• Seek medical assistance. If symptoms persist after removing your lenses or inserting a fresh new pair, keep them out. Instead, see your optometrist to avoid unwanted damage to your vision.


Long-Term Effects of Wearing the Wrong Contacts Prescription

Continuing to wear incorrectly prescribed contact lenses despite encountering these symptoms can accelerate the progression of refractive errors, including astigmatism, farsightedness (hyperopia), and nearsightedness (myopia).

Children under 12 are even more vulnerable. Long-term use can interfere with visual development and cause further vision problems, including amblyopia (lazy eye).

A word of advice from Arizona Retinal Specialists: Although kids as young as 8 years old can wear contacts, they may not understand the consequences of misusing them, and they may not realize when something is wrong. If you are a parent or guardian, we recommend reading this guide to “the right age” to wear contact lenses by CooperVision.


When to Update Your Prescription Contact Lenses

All prescription contact lenses have an expiration date, and remember that we use our hands to insert and remove them. Human hands carry approximately 3,200 germs from over 150 species, some of which can cause severe infections. As such, all wearers must update their prescription and replace their lenses, either before the expiry date or when something feels amiss.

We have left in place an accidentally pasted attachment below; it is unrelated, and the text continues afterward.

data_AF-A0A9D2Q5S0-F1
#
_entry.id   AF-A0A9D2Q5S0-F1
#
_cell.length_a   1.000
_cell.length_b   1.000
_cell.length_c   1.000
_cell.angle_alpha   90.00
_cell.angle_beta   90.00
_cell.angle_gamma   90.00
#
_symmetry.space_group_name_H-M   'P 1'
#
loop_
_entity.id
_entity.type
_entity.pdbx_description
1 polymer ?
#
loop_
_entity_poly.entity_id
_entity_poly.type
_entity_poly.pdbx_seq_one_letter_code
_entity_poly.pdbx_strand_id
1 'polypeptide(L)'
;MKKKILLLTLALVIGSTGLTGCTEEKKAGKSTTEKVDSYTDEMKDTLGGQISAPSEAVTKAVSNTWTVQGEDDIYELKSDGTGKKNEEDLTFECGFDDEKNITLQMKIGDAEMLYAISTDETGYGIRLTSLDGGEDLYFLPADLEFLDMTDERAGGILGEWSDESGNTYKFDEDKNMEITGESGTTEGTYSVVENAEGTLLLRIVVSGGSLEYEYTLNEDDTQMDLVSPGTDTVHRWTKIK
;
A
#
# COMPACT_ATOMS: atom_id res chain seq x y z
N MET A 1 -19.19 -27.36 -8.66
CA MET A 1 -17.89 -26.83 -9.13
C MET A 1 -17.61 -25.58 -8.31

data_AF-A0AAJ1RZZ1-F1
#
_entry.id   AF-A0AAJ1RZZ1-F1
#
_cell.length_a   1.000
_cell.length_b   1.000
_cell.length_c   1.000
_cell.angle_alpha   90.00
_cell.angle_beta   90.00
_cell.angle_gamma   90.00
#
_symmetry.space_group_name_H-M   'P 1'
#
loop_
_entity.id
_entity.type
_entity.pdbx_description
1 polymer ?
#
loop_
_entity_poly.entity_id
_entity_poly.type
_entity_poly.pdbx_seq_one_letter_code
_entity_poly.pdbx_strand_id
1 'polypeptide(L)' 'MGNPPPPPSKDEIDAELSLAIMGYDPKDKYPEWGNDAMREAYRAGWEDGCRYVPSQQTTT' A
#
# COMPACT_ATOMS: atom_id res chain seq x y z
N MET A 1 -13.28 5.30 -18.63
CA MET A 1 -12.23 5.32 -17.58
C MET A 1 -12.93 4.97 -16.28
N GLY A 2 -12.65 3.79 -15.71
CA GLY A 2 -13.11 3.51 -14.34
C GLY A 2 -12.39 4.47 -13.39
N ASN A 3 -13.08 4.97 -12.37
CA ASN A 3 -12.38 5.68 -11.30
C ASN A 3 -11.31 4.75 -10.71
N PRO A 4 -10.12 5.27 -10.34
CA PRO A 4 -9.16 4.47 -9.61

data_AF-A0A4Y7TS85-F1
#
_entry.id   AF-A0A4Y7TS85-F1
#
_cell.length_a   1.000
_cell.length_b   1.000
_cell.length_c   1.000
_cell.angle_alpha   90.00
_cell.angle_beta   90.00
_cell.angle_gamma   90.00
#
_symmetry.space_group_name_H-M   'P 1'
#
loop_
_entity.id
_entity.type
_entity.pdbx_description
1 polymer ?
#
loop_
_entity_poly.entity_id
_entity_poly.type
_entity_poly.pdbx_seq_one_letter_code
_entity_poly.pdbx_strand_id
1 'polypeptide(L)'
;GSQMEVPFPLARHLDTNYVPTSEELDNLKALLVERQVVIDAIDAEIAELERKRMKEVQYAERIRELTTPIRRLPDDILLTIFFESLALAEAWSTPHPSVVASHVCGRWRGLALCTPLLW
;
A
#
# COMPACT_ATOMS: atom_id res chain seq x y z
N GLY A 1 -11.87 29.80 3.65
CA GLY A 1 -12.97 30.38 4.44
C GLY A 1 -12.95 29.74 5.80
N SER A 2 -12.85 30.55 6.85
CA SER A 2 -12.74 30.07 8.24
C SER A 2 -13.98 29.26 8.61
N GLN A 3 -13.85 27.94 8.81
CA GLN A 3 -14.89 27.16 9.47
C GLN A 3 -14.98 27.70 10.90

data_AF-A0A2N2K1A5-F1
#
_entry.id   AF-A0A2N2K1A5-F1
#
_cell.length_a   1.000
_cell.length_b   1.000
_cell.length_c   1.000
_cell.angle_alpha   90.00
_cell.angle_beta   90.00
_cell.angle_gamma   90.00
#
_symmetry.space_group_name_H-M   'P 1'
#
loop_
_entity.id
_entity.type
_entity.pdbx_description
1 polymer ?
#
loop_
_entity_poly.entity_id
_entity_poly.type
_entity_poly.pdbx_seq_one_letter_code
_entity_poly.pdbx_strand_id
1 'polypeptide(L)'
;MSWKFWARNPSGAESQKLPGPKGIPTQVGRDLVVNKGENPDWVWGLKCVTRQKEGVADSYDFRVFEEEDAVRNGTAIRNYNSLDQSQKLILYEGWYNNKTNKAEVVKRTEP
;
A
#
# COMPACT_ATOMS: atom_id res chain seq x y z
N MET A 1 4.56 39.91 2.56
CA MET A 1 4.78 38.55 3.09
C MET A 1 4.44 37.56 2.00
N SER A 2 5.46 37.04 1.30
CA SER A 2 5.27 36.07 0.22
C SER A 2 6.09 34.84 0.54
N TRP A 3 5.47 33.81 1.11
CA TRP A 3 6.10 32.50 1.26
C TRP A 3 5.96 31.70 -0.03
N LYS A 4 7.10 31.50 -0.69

When Do Prescription Lenses Expire?

According to the American Optometric Association, prescription contact lenses have a one-year validity, unless stated otherwise by an optometrist.

Compared to eyeglass prescriptions, which typically expire between 1 and 2 years, corrective contact lenses expire faster due to the reasons mentioned earlier plus additional risks, requiring wearers to undergo more frequent eye evaluations.

To add, even if your prescription power remains the same throughout annual eye exams, these evaluations help detect, diagnose, and manage problems, including conditions that may lead to vision loss in their advanced stages.


How Soon Should You Replace Your Contact Lenses?

Maintaining a pair of contacts is as challenging as learning to insert or remove them for the very first time. To ensure ocular health and wellness, set an appointment with your optometrist as soon as you notice the following:

    • Cloudy lenses. Always examine your lenses before wearing them or putting them back in the case. If one or both lenses are no longer as clear as the day you bought them – even after cleaning and soaking – see your doctor for a replacement. Cloudy lenses can be a sign of significant bacterial growth.